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Advice In Adding Extra Sockets


wuforn

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Hello,

 

i require some advice on adding additional sockets. I want to add 2 additional plug sockets in a bedroom but i am unsure if i would require a new consumer unit in order to have this done. I believe i have an old set up but I am not an electrician so i will try and explain my current set up. I have a white fuse box which has 3 wired fuses inside this is connected to a trip switch - CAT. WEM 80/20 100mA trip 80A LOAD.

 

If i have 2 additional sockets added will i need a new consumer unit or can i just have the 2 sockets added. I plan to have the house fully rewired next year.

 

I have had one quote and the electrician said that he can add the sockets without upgrading the consumer unit,  obviously updating the unit would be more work for him so he has no reason to say it does not have to be done, but as i have never had any electrical work done before i thought i would get some advice first.

 

Sorry if i am being over cautious but i want to make sure its done safely for my family.

 

Thank you for your anticipated advice.

 

Regards,

 

 

Lee 

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the new sockets and possibly the wiring will require RCD protection at 30mA, which you dont have. it can be done without changing the consumer unit by adding RCD spurs etc. earthing may also need upgrading

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If you are going to have the place rewired next year why bother? Do it all in one go, new consumer unit, all the sockets you want where you want them.

 

Use an extension lead from an existing socket until then.

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i have only one socket in the one room the other rooms bedrooms dont have any so managing with the extension lead is not possible as my daughter is moving into the room with no sockets. Its hard to know what to do i have had one quote for £ 160 for the work and another electrician said that he could not do the work without a installing a fused 30mA board first? he said he would not be able to issue certificates without doing that first. i have had 2 different views from qualified electricians?

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Well if you are going to have a full rewire eventually, get the consumer unit updated NOW to one large enough to take all the circuits when you have the full rewire.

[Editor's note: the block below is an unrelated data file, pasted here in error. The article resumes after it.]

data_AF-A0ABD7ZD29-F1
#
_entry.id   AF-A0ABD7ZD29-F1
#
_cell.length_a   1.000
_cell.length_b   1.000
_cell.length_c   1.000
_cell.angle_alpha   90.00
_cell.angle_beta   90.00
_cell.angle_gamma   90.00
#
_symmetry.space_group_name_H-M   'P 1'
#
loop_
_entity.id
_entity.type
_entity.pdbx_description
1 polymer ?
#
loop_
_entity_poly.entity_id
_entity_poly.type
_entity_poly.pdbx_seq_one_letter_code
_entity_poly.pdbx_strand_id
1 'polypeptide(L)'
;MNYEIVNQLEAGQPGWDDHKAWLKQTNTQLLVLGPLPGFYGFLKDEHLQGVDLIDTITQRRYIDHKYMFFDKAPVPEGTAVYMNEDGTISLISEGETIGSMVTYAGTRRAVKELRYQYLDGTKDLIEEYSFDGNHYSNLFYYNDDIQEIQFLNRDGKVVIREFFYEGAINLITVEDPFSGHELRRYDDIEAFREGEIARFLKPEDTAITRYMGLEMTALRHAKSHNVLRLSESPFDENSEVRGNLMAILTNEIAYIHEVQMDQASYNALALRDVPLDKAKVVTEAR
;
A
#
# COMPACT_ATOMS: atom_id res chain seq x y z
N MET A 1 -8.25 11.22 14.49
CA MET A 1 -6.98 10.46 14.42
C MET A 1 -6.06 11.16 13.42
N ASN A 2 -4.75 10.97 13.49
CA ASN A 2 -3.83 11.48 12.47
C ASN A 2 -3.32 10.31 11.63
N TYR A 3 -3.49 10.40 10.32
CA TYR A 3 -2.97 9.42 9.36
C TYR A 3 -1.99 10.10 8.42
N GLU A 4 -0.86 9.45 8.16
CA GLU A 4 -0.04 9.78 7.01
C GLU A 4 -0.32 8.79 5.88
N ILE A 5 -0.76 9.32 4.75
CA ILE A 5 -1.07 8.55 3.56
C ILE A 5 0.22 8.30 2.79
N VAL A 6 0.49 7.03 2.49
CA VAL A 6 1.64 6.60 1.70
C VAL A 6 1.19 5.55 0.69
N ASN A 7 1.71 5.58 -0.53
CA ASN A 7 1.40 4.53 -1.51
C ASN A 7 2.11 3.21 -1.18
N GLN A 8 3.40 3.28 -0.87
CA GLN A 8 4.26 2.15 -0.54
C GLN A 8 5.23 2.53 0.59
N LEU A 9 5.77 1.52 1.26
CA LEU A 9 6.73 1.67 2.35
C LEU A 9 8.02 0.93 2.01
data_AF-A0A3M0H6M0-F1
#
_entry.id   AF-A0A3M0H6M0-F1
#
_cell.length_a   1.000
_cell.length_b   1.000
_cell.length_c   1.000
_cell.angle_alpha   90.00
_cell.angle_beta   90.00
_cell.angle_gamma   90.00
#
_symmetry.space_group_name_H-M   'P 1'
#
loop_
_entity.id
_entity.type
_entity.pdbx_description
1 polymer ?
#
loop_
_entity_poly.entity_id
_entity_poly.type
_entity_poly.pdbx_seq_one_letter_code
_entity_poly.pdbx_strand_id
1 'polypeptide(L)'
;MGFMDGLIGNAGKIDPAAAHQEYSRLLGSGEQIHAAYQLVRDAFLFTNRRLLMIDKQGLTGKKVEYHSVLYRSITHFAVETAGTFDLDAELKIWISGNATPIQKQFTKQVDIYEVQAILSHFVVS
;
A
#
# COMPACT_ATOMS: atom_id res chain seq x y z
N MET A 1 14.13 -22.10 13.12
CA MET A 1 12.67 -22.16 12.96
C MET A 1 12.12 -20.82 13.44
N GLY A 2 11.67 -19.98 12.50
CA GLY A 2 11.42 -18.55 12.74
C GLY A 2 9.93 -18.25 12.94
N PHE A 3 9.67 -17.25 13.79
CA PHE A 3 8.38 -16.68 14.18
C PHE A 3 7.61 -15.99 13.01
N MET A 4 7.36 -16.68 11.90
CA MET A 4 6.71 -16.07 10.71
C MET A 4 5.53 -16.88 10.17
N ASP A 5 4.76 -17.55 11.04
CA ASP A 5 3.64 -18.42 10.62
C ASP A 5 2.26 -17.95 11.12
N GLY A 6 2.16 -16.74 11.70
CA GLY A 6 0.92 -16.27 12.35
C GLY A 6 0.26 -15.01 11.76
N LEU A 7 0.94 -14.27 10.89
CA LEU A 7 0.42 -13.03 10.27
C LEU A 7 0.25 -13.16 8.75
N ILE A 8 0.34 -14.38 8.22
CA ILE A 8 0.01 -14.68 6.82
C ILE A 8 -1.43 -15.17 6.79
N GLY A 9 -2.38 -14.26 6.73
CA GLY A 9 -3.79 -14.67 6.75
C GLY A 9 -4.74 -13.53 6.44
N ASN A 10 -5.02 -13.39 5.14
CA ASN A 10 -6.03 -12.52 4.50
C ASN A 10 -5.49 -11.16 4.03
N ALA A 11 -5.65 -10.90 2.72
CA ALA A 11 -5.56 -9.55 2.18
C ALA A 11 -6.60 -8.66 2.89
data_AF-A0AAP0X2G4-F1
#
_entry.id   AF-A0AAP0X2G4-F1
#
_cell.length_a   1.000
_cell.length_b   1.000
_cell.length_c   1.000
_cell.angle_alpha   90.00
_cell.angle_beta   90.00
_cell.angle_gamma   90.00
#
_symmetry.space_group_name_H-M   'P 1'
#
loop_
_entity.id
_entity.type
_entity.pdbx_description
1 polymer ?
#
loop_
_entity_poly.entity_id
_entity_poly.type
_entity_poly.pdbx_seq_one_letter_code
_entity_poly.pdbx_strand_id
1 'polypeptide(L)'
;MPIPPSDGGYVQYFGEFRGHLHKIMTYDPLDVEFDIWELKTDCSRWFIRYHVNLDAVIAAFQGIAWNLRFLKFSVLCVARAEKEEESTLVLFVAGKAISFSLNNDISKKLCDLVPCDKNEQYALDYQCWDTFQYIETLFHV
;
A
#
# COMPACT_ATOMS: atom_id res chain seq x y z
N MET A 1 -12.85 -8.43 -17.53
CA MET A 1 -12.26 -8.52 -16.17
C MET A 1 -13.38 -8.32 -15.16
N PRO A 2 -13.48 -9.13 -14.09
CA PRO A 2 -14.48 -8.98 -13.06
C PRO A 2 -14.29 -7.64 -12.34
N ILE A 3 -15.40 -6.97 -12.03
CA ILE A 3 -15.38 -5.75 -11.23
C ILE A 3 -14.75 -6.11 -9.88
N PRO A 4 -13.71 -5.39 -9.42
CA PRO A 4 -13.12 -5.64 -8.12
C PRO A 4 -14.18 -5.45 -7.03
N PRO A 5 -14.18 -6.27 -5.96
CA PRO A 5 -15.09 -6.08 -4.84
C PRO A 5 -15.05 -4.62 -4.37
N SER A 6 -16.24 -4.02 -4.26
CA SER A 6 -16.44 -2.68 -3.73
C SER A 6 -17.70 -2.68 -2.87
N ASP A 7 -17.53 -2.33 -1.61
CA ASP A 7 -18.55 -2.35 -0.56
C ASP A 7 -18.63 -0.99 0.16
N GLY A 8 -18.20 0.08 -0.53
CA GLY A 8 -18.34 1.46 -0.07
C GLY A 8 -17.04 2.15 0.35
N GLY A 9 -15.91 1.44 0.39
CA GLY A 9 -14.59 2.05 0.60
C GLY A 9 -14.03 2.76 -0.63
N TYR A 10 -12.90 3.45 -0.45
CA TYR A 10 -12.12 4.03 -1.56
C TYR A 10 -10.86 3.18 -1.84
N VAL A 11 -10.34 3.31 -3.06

And of you have one room with no sockets at all, wire the sockets you want in that room as a new radial circuit from the new CU. That can then later be extended to form part of a ring final when you get the rewire done.

 

To bodge anything  onto the old fuse box under these circumstances would be plain madness and a waste of money.

 

For there to be so few existing sockets can only mean it is a very old installation and well over due for a rewire.

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i have only one socket in the one room the other rooms bedrooms dont have any so managing with the extension lead is not possible as my daughter is moving into the room with no sockets. Its hard to know what to do i have had one quote for £ 160 for the work and another electrician said that he could not do the work without a installing a fused 30mA board first? he said he would not be able to issue certificates without doing that first. i have had 2 different views from qualified electricians?

You will need RCD protection for your sockets. If it is only temporary until the re-wire then he can run the cable in surface trunking thus doing away with RCD protection for the cable.

Surface trunking extending the existing socket circuit and RCD sockets is what I would recommend based on what you have said. However. They have seen the job. We have not.

There are many other things to consider but a reputable electrician should have advised you when he was there. My advice would be seek a third opinion and see if it backs up one of the other estimates you have had.

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whilst it may be a good idea to replace it, it doesnt have to be. if the spark says it does, forget about him, he clearly doesnt know regulation properly or just wants more unnecessary work